The calculation of intertextual distance proposed in 2001 by Dominique and Cyril Labbé, according to its authors, can not only measure the similarity between texts, but when the value of the index obtained attains certain levels, can establish the paternity of the texts studied. It is by this method that it can supposedly be demonstrated that Pierre Corneille is the author of most of Moliere’s comedies. This index, founded solely on lexical data, and empirically calibrated based on a corpus composed of only a limited number of 17th century texts, has been the object of reservations and criticisms focusing on:
— the trustworthiness of the method (see for example a text by Jean-Marie Viprey)
— the surprising conclusions to which it can lead (Charles Bernet, “La ‘distance intertextuelle’ et le théâtre du Grand Siècle”); english version here
Other quantitative studies on metrics (Valérie Beaudouin et François Yvon, “Contribution de la métrique à la stylométrie”), on riming words (Charles Bernet, “Hasards de la rime”) or on the distribution of textual characters (Stephan Vonfelt, “Le graphonaute ou Molière retrouvé”) underline the manifest differences between the two authors.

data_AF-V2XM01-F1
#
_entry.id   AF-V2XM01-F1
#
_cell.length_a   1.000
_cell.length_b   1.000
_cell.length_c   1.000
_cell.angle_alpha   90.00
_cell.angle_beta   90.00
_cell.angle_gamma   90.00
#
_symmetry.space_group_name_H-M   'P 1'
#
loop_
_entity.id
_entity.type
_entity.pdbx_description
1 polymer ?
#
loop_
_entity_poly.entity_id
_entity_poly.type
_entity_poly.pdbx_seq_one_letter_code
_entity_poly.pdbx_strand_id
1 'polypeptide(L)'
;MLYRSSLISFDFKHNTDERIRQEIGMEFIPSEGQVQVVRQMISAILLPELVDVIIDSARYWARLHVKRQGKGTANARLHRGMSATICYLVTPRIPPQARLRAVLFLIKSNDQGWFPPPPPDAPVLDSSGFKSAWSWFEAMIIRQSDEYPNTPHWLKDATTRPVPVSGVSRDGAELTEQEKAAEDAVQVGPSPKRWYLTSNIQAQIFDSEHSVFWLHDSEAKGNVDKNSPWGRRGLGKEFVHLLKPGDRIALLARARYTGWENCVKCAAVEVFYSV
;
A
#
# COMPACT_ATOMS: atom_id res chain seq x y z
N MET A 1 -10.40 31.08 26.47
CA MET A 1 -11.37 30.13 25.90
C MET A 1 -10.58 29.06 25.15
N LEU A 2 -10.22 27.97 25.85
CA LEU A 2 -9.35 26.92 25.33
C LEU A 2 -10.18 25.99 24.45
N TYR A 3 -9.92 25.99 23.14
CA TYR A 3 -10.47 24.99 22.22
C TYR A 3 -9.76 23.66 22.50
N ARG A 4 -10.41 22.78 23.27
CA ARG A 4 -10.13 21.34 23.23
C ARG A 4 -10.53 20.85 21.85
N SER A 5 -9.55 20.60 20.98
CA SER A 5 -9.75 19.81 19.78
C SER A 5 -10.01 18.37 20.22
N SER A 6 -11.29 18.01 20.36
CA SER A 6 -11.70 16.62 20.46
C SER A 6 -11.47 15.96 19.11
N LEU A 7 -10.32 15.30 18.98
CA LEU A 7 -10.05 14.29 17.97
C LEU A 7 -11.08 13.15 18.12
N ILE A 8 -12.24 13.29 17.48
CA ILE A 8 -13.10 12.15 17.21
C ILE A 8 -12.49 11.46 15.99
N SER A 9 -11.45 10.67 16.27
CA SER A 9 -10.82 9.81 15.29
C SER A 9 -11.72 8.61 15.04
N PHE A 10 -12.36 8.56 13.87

The reader interested in knowing a bit more about the pathetic impasse reached by D. Labbé, become one of the most fervent disciples of Pierre Louÿs, can consult the page, Histoire d’une impasse. There he or she will find links towards the main studies that invalidate the analyses and conclusions of D. Labbé, in particular the recent article by Charles Bernet, mentioned above (“La ‘distance intertextuelle’ et le théâtre du Grand Siècle”), whose principal conclusion is incontestable: The experiments documented in this study invalidate the conclusion of Cyril and Dominique Labbé and show that quantitative lexicology does not offer any arguments in favour of Pierre Louÿs’ “intuitions”.